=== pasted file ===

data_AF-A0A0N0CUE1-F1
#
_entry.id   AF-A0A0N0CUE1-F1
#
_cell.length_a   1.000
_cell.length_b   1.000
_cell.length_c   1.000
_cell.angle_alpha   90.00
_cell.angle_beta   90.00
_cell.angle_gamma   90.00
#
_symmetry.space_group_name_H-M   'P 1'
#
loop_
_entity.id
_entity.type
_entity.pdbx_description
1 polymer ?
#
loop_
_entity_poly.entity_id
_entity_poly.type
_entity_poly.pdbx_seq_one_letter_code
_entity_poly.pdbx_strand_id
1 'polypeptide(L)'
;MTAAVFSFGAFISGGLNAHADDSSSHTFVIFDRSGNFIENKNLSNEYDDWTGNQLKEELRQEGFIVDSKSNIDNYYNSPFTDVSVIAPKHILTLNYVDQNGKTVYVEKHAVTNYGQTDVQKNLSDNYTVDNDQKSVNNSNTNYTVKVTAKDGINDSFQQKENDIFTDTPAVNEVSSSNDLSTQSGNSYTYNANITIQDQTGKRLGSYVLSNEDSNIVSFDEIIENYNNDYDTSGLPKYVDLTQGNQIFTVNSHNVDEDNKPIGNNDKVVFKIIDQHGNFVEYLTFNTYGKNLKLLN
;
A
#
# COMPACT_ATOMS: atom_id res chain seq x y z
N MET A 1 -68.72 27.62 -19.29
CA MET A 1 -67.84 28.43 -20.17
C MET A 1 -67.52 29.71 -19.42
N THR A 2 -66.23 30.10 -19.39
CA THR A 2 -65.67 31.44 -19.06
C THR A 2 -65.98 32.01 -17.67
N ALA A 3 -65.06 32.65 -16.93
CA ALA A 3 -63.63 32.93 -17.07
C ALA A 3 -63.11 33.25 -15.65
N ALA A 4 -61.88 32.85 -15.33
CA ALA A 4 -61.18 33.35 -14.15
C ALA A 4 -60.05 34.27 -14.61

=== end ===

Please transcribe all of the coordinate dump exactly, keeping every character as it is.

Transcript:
data_AF-A0A0N0CUE1-F1
#
_entry.id   AF-A0A0N0CUE1-F1
#
_cell.length_a   1.000
_cell.length_b   1.000
_cell.length_c   1.000
_cell.angle_alpha   90.00
_cell.angle_beta   90.00
_cell.angle_gamma   90.00
#
_symmetry.space_group_name_H-M   'P 1'
#
loop_
_entity.id
_entity.type
_entity.pdbx_description
1 polymer ?
#
loop_
_entity_poly.entity_id
_entity_poly.type
_entity_poly.pdbx_seq_one_letter_code
_entity_poly.pdbx_strand_id
1 'polypeptide(L)'
;MTAAVFSFGAFISGGLNAHADDSSSHTFVIFDRSGNFIENKNLSNEYDDWTGNQLKEELRQEGFIVDSKSNIDNYYNSPFTDVSVIAPKHILTLNYVDQNGKTVYVEKHAVTNYGQTDVQKNLSDNYTVDNDQKSVNNSNTNYTVKVTAKDGINDSFQQKENDIFTDTPAVNEVSSSNDLSTQSGNSYTYNANITIQDQTGKRLGSYVLSNEDSNIVSFDEIIENYNNDYDTSGLPKYVDLTQGNQIFTVNSHNVDEDNKPIGNNDKVVFKIIDQHGNFVEYLTFNTYGKNLKLLN
;
A
#
# COMPACT_ATOMS: atom_id res chain seq x y z
N MET A 1 -68.72 27.62 -19.29
CA MET A 1 -67.84 28.43 -20.17
C MET A 1 -67.52 29.71 -19.42
N THR A 2 -66.23 30.10 -19.39
CA THR A 2 -65.67 31.44 -19.06
C THR A 2 -65.98 32.01 -17.67
N ALA A 3 -65.06 32.65 -16.93
CA ALA A 3 -63.63 32.93 -17.07
C ALA A 3 -63.11 33.25 -15.65
N ALA A 4 -61.88 32.85 -15.33
CA ALA A 4 -61.18 33.35 -14.15
C ALA A 4 -60.05 34.27 -14.61